Design/methodology/approach

A systematic literature review (SLR) was conducted to obtain the most relevant papers from four platforms: EBSCOhost, Engineering Village, ProQuest and Web of Science. The literature was assessed and synthesized based on analysis of characteristics relating to publications, authors and the content of publications.

Findings

From the SLR, 98 publications were identified and analyzed. One primary finding is that this research area appears to demonstrate characteristics of an emerging field, not yet well established across all relevant aspects. Second, a comprehensive set of 53 factors were extracted from the publications identified. These factors were analyzed according to frequency in the published literature. This set of factors can be used in future empirical research to develop a more complete understanding of the relative contribution of each to influencing CIP success.

Research limitations/implications

The SLR methodology does not guarantee that all of the publications related to a given research area will be identified; however, the researchers took different actions to mitigate this limitation. Further, not all relevant information from the publication set could be included in this work because of space constraints.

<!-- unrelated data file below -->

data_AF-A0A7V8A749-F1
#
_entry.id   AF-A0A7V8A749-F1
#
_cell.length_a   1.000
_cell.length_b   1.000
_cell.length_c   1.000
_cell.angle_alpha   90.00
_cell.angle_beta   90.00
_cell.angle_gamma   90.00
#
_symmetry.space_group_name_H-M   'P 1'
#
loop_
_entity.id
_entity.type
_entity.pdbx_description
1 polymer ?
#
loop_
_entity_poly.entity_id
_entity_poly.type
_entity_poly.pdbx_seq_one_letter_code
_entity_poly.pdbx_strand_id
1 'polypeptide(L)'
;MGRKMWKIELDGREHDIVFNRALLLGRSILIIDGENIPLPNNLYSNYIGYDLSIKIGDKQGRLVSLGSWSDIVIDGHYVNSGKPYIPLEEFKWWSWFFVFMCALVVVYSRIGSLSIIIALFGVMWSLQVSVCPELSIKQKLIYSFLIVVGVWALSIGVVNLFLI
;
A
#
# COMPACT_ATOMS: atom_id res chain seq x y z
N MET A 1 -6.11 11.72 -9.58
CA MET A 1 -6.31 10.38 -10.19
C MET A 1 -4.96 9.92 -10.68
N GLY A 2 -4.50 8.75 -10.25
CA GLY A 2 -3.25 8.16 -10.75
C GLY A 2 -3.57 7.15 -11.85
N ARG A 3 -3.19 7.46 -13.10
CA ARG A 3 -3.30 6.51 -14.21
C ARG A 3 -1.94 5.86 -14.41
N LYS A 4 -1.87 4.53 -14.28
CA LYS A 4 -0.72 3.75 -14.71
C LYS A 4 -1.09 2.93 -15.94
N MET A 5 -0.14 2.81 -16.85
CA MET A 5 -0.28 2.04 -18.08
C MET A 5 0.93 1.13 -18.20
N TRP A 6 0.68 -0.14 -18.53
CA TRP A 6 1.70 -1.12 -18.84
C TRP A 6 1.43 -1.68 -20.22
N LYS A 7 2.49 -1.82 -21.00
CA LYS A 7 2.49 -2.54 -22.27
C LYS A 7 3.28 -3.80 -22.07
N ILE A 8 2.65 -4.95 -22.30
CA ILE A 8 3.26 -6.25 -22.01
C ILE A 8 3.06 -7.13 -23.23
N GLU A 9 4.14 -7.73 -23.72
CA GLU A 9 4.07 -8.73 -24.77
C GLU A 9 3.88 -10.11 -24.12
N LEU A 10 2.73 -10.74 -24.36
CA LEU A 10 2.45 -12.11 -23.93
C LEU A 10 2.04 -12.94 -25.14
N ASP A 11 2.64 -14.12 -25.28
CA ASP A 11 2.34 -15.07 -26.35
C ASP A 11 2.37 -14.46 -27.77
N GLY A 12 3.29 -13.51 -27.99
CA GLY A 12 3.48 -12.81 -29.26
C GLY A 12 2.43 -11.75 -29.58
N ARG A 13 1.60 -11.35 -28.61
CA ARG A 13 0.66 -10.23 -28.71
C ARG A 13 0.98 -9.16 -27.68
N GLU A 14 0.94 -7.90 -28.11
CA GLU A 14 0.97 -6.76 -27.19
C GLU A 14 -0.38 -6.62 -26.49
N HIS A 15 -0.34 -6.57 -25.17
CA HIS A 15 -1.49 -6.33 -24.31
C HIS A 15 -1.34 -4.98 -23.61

Originality/value

To the authors’ knowledge, this paper presents the most comprehensive list of factors, and associated definitions, relevant to CIP success.

Details

International Journal of Lean Six Sigma, vol. 7 no. 3
Type: Research Article
ISSN: 2040-4166

Keywords

Article
Publication date: 12 June 2017

Fernando Gonzalez Aleu and Eileen M. Van Aken

The purpose of this paper is to describe the current research on hospital continuous improvement projects (CIPs) from an author characteristics’ perspective. This work…

Abstract

Purpose

The purpose of this paper is to describe the current research on hospital continuous improvement projects (CIPs) from an author characteristics’ perspective. This work addresses the following questions: who are the predominant research authors in hospital CIPs? To what extent are the research communities collaborating in distinct research groups? How internationalized has hospital CIPs research become with respect to author location?

Design/methodology/approach

A systematic literature review was conducted, identifying 302 academic publications related to hospital CIPs. Publications were analyzed using: author, quantity, diversity, collaboration, and impact.

Findings

Hospital CIPs are increasingly attracting new scholars each year. Based on the authors’ analysis, authors publishing in this area can be described as a relatively new international community given the countries represented.

Originality/value